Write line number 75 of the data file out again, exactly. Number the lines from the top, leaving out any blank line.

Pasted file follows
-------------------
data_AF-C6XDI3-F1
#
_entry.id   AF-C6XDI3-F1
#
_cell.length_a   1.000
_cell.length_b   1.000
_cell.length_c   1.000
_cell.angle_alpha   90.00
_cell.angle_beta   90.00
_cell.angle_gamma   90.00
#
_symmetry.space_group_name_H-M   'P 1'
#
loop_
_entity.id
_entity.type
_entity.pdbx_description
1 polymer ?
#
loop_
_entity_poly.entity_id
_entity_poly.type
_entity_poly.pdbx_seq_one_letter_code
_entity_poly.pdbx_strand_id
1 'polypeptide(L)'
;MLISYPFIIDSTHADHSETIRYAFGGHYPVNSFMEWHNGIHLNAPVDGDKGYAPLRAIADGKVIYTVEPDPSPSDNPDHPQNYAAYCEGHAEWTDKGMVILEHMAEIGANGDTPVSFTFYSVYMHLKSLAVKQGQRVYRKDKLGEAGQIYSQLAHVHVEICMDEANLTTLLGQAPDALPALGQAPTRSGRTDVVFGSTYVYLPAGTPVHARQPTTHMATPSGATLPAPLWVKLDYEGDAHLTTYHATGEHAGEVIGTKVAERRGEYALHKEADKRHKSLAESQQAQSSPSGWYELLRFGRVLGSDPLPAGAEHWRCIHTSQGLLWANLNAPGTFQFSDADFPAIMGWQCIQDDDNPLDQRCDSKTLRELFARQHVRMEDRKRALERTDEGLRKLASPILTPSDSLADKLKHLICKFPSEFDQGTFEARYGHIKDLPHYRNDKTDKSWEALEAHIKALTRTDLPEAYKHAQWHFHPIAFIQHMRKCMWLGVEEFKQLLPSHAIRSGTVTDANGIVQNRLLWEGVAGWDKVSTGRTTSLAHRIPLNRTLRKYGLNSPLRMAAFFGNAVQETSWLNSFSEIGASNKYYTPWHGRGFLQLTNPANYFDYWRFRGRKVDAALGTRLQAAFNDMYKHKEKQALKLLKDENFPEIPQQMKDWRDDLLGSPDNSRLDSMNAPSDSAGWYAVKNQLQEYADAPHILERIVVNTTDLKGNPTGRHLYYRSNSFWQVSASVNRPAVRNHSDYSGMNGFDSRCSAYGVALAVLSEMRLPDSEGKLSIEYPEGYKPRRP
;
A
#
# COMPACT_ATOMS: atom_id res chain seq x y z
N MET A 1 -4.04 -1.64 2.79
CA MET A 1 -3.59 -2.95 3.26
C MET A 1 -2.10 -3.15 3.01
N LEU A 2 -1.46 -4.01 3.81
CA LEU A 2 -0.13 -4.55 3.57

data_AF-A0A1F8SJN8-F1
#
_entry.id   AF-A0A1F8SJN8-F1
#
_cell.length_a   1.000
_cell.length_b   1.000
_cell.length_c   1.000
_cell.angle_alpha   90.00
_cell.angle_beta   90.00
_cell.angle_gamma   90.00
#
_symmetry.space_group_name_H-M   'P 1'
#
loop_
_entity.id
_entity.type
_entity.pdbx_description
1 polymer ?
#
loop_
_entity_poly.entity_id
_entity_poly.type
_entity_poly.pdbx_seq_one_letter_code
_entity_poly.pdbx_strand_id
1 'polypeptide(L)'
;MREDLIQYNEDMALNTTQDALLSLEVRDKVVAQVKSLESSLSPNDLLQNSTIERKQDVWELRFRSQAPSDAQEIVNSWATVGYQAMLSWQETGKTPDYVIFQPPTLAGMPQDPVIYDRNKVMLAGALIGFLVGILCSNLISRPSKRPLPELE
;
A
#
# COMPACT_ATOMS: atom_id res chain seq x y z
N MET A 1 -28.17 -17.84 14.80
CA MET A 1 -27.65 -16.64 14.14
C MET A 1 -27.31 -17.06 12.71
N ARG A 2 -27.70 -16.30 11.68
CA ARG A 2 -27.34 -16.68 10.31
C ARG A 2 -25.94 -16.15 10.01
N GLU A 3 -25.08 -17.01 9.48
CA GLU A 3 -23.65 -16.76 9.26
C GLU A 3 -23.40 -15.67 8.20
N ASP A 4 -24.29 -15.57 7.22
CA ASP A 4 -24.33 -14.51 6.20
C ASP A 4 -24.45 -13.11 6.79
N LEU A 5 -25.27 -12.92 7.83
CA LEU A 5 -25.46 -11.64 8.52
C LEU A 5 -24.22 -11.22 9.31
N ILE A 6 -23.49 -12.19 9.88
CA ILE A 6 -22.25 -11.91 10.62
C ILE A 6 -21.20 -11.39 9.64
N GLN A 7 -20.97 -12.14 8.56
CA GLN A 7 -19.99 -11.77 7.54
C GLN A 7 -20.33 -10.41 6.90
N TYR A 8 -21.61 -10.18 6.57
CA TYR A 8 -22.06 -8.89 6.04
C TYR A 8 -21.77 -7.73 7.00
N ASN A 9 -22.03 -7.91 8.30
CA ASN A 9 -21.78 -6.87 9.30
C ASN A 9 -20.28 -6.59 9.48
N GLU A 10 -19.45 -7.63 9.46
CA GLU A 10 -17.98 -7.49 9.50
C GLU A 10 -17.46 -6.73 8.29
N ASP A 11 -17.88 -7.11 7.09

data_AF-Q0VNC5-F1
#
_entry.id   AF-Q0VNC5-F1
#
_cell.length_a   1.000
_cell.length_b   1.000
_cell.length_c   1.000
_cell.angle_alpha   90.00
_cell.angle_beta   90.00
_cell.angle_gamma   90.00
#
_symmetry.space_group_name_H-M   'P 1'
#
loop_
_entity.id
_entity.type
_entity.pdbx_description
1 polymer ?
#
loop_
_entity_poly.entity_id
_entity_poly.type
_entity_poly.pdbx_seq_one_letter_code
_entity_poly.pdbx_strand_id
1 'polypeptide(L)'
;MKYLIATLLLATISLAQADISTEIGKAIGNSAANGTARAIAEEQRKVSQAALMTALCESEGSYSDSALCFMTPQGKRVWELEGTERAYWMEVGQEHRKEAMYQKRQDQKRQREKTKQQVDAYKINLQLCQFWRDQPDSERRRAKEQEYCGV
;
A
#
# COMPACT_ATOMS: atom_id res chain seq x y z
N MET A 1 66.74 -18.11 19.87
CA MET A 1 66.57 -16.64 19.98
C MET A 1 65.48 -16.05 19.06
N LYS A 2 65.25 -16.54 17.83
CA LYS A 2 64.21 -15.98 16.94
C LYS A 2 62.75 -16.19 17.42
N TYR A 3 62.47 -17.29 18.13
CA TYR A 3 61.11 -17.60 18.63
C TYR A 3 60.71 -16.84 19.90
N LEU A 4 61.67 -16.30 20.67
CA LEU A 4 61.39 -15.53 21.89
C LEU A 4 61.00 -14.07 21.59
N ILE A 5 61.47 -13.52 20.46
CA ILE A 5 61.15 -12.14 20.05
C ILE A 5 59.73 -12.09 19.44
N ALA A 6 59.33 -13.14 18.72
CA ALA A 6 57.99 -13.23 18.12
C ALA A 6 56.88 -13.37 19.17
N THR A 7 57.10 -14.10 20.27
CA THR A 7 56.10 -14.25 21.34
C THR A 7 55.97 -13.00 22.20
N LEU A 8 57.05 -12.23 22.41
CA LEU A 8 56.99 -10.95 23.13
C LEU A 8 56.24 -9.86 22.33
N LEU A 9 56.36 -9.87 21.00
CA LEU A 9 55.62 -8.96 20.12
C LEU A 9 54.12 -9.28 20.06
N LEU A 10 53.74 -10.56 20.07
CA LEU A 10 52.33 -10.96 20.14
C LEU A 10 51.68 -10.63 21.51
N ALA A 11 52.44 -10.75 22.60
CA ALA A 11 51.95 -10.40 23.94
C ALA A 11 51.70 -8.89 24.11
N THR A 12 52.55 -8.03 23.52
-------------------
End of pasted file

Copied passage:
N ASP A 4 -24.29 -15.57 7.22